BOSTON — When healthy, Zdeno Chara, Torey Krug, Adam McQuaid, Dennis Seidenberg and Kevan Miller are near locks to occupy five of the Bruins’ six defenseman slots on any given night. The sixth has been a revolving door.
Joe Morrow, Zach Trotman and Colin Miller all have taken turns in and out of the lineup in this, their first full NHL seasons, with each appearing in 24 or more of Boston’s first 60 games but none seeing action in more than 39.
For Morrow, who played in 15 games for the Bruins last season but spent the bulk of the year in the American Hockey League, the omnipresent uncertainty has been a source of both stress and motivation.
“It’s tough,” the 23-year-old said before Wednesday night’s matchup with the Pittsburgh Penguins at TD Garden. “It puts a little pressure on you, but pressure is never a bad thing. You can always use that to your advantage and not take it as a negative, as long as you can just push yourself to overcome the pressure and put it on your back and run with it. So that’s all I try to do.”
Morrow’s time in the lineup has been more sporadic and brief than Trotman’s and Colin Miller’s this season. Morrow has yet to play in more than six consecutive games, and he endured a stretch of 20 healthy scratches in 22 contests between early November in late December.
The young blueliner has impressed in his latest shot at playing time, however, tallying two assists in back-to-back games to more than double his season point total. He now has seven points (one goal, six assists) in 24 games and is expected to be in the lineup again against the Penguins.
“Nothing’s changed with him when he skates and moves the puck,” Bruins coach Claude Julien said Wednesday morning. “He’s a good defenseman. I think he’s got the ability to skate the puck out and to carry the puck, even move the puck when you put him on the power play — he’s done a decent job there as well. And with him it’s always been (about keeping) the consistency in his game. If we could ever get close to the same thing from him on a game-to-game basis, that would help his game tremendously.”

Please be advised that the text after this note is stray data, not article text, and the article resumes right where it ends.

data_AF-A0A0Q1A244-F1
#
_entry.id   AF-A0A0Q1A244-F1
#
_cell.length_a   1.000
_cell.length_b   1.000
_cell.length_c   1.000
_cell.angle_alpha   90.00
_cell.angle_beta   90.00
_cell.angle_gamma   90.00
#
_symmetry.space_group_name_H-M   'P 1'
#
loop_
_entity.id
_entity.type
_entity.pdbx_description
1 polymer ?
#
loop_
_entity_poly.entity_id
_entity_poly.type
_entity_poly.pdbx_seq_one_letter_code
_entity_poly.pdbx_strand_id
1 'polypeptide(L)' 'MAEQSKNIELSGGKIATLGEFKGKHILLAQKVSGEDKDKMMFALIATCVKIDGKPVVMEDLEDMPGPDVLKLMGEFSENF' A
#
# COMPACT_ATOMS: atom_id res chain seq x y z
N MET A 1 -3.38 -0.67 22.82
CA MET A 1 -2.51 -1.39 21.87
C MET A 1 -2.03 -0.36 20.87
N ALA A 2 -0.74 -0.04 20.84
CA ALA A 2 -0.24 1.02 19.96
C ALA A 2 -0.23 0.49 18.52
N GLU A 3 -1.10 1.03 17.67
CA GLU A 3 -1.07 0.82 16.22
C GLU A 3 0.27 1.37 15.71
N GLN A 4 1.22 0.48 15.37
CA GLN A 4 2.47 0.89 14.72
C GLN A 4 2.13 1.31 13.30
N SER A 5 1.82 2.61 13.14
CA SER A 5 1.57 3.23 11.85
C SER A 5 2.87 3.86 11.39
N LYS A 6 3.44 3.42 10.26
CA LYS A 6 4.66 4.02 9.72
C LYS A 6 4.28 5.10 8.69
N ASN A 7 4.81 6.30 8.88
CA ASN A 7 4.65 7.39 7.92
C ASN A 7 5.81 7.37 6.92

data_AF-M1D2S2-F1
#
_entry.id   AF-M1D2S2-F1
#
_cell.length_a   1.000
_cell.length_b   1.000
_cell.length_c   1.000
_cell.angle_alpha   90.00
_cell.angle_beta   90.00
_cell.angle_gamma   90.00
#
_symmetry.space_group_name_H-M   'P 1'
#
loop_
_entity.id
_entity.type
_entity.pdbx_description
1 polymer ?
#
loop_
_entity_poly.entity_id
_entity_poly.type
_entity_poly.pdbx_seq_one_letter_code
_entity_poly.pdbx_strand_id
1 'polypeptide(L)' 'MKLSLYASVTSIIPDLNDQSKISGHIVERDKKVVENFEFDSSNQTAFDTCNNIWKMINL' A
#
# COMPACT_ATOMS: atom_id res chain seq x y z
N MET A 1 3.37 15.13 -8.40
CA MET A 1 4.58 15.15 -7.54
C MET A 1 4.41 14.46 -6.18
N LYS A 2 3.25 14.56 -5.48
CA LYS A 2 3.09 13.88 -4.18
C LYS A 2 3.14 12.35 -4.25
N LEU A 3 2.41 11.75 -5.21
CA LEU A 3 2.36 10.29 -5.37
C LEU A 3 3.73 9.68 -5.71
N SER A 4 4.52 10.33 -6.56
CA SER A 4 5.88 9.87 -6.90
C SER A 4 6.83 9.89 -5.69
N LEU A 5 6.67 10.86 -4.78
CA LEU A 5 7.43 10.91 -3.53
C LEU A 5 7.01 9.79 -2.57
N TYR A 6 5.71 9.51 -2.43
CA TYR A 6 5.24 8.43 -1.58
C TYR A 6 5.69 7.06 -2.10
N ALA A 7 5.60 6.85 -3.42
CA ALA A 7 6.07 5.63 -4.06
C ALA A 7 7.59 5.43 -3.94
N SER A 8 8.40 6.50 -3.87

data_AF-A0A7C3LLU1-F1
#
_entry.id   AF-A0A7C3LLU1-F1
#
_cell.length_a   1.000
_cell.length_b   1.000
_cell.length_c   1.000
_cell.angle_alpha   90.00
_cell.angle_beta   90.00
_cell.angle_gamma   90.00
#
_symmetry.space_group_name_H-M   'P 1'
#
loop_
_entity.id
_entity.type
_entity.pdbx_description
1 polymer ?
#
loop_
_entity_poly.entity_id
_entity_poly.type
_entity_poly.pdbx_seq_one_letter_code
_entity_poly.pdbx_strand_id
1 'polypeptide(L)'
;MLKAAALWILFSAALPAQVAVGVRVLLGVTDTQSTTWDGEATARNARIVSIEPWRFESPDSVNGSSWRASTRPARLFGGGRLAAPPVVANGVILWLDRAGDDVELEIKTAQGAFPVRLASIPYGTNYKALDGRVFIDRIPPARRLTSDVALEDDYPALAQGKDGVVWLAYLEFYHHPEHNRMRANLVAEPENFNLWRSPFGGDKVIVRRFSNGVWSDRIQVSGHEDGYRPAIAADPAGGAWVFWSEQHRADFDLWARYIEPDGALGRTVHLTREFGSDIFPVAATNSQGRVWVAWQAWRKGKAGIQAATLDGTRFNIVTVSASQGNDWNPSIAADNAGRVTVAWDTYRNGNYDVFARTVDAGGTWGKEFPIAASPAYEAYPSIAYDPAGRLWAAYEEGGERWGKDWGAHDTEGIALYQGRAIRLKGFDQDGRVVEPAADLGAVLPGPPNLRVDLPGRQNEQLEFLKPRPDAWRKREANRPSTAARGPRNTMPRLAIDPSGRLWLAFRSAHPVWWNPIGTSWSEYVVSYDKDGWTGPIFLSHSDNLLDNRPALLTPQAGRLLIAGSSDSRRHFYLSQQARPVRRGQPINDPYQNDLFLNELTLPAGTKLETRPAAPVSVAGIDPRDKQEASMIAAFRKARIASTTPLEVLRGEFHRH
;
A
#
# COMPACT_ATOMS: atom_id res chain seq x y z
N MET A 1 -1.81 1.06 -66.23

Morrow knows how little job security he has at this point in his career, as evidenced by the Bruins’ somewhat-surprising decision earlier this month to assign Colin Miller to Providence.
“You’re never safe, regardless of what situation you’re in,” Morrow said. “Everybody knows that, and it just keeps people on (their) toes, definitely.”
There’s also the added wrinkle that the NHL trade deadline is less than one week away. Defense has been an area of need for the Bruins all season, and they could decide to shore up their current group by swinging a deal for a more experience blueliner.
“There’s always pressure on you to be able to perform and keep your spot on a hockey team, but that’s management’s decision,” Morrow said, repeating a popular line spouted by players during trade season. “If they need that and they think that that’s what this team needs, then they’re going to go out and get it.
“But pressure’s never a bad thing. It can work to your advantage, and I look at myself as someone that kind of thrives off pressure like that.”
Thumbnail photo via Brad Rempel/USA TODAY Sports Images
Thumbnail photo via Boston Bruins defenseman Joe Morrow
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